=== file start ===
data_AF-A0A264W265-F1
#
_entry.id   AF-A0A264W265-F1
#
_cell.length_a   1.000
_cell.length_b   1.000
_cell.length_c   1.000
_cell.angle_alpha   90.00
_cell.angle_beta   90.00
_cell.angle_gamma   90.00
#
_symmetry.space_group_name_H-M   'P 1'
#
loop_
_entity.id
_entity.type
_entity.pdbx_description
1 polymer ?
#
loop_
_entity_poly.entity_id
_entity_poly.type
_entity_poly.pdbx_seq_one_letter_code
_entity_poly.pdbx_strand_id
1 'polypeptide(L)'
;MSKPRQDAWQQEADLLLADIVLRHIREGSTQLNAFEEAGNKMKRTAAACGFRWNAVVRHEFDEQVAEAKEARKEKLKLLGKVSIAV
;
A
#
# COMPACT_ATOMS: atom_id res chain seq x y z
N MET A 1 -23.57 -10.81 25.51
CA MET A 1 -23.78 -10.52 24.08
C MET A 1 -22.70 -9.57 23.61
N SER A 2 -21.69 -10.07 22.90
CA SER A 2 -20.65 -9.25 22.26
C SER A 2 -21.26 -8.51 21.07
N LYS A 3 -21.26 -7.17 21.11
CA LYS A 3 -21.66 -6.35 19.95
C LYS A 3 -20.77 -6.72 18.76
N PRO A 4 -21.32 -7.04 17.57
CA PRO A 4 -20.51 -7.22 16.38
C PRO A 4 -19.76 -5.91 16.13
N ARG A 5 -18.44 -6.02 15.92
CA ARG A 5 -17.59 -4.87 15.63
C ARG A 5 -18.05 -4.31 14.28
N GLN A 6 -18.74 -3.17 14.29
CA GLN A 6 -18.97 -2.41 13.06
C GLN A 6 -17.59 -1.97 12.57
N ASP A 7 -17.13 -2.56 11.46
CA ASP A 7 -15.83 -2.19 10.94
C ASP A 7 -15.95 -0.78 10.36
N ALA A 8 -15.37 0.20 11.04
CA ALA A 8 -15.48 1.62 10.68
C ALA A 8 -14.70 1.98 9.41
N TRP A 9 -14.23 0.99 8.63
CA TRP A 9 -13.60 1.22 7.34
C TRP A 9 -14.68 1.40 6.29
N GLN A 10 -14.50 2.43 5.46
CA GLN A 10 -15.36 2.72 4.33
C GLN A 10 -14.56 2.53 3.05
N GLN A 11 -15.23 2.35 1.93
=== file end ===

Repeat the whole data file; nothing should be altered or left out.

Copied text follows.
data_AF-A0A264W265-F1
#
_entry.id   AF-A0A264W265-F1
#
_cell.length_a   1.000
_cell.length_b   1.000
_cell.length_c   1.000
_cell.angle_alpha   90.00
_cell.angle_beta   90.00
_cell.angle_gamma   90.00
#
_symmetry.space_group_name_H-M   'P 1'
#
loop_
_entity.id
_entity.type
_entity.pdbx_description
1 polymer ?
#
loop_
_entity_poly.entity_id
_entity_poly.type
_entity_poly.pdbx_seq_one_letter_code
_entity_poly.pdbx_strand_id
1 'polypeptide(L)'
;MSKPRQDAWQQEADLLLADIVLRHIREGSTQLNAFEEAGNKMKRTAAACGFRWNAVVRHEFDEQVAEAKEARKEKLKLLGKVSIAV
;
A
#
# COMPACT_ATOMS: atom_id res chain seq x y z
N MET A 1 -23.57 -10.81 25.51
CA MET A 1 -23.78 -10.52 24.08
C MET A 1 -22.70 -9.57 23.61
N SER A 2 -21.69 -10.07 22.90
CA SER A 2 -20.65 -9.25 22.26
C SER A 2 -21.26 -8.51 21.07
N LYS A 3 -21.26 -7.17 21.11
CA LYS A 3 -21.66 -6.35 19.95
C LYS A 3 -20.77 -6.72 18.76
N PRO A 4 -21.32 -7.04 17.57
CA PRO A 4 -20.51 -7.22 16.38
C PRO A 4 -19.76 -5.91 16.13
N ARG A 5 -18.44 -6.02 15.92
CA ARG A 5 -17.59 -4.87 15.63
C ARG A 5 -18.05 -4.31 14.28
N GLN A 6 -18.74 -3.17 14.29
CA GLN A 6 -18.97 -2.41 13.06
C GLN A 6 -17.59 -1.97 12.57
N ASP A 7 -17.13 -2.56 11.46
CA ASP A 7 -15.83 -2.19 10.94
C ASP A 7 -15.95 -0.78 10.36
N ALA A 8 -15.37 0.20 11.04
CA ALA A 8 -15.48 1.62 10.68
C ALA A 8 -14.70 1.98 9.41
N TRP A 9 -14.23 0.99 8.63
CA TRP A 9 -13.60 1.22 7.34
C TRP A 9 -14.68 1.40 6.29
N GLN A 10 -14.50 2.43 5.46
CA GLN A 10 -15.36 2.72 4.33
C GLN A 10 -14.56 2.53 3.05
N GLN A 11 -15.23 2.35 1.93